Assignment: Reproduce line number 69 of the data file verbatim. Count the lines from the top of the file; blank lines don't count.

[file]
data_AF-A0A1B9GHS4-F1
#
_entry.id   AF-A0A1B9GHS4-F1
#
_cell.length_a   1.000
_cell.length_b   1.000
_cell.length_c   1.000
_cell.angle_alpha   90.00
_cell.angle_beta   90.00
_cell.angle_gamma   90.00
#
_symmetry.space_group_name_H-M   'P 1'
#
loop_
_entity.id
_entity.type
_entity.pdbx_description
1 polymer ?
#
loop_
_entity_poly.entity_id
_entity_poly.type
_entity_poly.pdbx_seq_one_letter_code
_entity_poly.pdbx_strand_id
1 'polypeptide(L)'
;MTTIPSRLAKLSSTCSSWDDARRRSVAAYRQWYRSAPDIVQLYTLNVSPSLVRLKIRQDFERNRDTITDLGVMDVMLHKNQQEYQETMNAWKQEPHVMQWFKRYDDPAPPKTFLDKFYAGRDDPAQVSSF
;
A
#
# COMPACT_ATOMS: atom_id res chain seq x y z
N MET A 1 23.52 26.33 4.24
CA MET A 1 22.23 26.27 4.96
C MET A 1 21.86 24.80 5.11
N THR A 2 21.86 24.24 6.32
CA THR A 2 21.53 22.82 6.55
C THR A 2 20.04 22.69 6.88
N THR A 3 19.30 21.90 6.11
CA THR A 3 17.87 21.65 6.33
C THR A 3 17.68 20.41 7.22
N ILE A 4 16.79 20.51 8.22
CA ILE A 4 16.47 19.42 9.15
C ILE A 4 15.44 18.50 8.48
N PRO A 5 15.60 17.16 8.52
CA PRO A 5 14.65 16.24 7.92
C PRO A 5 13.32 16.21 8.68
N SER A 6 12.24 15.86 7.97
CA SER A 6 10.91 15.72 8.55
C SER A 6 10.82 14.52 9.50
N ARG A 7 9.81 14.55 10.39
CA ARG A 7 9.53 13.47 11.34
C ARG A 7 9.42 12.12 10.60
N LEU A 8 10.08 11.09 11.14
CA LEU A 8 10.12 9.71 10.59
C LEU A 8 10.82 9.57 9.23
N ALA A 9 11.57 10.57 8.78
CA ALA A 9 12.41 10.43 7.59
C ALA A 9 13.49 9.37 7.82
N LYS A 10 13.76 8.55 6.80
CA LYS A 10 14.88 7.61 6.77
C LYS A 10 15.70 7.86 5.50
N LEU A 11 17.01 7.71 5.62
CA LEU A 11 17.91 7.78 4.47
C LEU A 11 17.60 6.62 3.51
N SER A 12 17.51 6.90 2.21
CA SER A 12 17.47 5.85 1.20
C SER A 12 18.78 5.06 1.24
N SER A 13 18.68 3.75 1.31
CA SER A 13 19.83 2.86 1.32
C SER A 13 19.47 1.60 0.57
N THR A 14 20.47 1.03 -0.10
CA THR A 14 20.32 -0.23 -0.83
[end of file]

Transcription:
C SER A 13 19.47 1.60 0.57